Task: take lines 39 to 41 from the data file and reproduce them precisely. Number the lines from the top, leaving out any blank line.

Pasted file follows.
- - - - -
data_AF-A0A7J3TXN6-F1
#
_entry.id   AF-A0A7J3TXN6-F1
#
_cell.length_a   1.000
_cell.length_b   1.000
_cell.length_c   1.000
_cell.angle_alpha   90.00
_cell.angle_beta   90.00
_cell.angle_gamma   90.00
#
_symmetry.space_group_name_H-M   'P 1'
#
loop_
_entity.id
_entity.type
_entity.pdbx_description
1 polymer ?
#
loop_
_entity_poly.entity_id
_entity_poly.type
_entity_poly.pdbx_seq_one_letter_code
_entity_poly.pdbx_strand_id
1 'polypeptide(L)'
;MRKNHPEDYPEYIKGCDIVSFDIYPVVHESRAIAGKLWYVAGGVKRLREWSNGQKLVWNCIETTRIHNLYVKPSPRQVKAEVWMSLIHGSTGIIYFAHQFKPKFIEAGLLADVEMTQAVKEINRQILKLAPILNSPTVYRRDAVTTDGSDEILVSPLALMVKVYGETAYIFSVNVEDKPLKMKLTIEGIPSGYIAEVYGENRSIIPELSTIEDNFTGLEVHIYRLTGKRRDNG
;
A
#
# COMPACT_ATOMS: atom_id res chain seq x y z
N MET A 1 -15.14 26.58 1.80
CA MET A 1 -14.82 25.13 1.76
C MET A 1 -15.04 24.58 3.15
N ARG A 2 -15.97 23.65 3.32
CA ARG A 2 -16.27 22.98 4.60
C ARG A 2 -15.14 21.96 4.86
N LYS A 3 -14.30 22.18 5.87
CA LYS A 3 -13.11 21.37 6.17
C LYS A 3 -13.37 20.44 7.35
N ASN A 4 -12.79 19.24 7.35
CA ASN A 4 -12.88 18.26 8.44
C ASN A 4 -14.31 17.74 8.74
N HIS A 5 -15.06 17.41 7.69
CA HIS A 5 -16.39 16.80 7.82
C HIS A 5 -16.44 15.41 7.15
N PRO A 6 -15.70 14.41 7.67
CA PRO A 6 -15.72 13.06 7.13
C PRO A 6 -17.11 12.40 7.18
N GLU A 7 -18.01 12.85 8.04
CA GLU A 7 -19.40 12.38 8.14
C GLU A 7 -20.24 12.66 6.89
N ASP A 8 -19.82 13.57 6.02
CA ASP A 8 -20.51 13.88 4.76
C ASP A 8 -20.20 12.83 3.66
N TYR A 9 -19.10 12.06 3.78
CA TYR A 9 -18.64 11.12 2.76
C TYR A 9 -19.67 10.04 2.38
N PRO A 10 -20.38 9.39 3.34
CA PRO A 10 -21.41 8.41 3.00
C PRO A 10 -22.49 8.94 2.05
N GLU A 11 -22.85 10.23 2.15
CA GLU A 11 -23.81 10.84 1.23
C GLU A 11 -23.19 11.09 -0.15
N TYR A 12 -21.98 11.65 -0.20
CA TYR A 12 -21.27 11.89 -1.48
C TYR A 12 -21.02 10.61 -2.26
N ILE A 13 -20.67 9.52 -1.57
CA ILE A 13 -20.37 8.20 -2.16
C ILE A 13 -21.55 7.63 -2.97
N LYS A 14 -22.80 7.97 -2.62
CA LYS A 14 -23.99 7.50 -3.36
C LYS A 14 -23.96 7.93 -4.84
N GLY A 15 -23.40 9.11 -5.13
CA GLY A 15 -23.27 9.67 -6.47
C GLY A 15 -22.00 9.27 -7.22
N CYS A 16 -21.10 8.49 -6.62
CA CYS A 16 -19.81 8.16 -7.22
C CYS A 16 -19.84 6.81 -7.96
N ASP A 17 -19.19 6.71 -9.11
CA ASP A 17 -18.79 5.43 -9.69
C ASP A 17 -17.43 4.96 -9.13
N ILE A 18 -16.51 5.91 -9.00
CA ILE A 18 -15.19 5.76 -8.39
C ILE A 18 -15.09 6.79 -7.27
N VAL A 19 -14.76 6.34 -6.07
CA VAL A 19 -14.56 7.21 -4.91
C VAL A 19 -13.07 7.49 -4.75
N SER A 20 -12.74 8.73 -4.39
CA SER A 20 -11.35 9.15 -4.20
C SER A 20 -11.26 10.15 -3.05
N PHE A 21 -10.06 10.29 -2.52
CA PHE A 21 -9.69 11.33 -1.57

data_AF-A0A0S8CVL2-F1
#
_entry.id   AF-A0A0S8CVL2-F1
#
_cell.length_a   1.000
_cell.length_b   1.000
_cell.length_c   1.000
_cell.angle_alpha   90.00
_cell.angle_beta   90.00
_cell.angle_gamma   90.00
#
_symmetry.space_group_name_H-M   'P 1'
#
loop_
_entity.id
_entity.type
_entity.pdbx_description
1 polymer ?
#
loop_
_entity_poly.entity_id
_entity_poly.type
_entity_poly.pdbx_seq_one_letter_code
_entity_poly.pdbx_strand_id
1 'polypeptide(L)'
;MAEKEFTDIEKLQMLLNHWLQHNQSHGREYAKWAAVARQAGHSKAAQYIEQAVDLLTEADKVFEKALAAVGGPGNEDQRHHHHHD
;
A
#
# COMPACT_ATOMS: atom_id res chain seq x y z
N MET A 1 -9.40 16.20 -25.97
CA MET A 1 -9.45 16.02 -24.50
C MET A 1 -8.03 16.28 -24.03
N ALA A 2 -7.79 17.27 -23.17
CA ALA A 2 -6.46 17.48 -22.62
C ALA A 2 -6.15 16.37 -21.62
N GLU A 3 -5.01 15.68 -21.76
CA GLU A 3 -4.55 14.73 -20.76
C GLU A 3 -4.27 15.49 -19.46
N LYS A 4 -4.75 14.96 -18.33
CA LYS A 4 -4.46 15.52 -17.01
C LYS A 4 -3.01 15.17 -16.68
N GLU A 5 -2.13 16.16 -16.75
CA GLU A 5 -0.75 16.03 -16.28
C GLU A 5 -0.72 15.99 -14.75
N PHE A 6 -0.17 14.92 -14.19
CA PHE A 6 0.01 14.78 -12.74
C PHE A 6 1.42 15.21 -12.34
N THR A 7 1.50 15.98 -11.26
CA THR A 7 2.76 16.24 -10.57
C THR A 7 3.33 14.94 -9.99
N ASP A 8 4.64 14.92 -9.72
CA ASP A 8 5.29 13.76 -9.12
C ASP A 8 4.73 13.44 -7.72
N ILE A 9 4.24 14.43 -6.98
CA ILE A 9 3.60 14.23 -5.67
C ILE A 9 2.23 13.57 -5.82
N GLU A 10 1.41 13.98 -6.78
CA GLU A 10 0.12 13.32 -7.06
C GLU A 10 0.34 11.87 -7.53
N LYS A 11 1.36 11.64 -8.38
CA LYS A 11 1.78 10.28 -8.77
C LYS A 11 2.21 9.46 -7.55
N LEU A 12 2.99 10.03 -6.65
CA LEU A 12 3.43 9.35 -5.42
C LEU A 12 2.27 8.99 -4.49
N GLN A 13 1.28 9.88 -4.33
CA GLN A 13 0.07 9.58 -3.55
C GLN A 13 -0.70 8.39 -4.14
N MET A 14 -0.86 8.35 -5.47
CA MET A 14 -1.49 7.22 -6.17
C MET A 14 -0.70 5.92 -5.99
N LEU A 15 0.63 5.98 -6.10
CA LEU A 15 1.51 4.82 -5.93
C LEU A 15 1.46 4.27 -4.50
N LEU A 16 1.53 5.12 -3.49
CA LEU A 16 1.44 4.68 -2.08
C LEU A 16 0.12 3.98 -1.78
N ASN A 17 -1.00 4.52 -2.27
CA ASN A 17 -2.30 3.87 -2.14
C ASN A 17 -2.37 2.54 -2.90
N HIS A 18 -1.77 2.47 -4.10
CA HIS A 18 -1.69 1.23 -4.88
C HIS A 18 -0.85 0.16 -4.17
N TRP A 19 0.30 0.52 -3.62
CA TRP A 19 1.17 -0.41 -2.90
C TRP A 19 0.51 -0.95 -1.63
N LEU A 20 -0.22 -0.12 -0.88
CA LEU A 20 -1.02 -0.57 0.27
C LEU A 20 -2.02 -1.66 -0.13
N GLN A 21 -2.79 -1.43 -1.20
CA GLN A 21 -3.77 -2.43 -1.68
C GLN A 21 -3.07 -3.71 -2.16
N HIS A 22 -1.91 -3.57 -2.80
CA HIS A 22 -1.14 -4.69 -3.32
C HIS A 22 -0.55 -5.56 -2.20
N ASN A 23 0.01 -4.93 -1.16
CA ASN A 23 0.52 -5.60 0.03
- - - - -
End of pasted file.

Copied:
C LYS A 3 -13.37 20.44 7.35
N ASN A 4 -12.79 19.24 7.35
CA ASN A 4 -12.88 18.26 8.44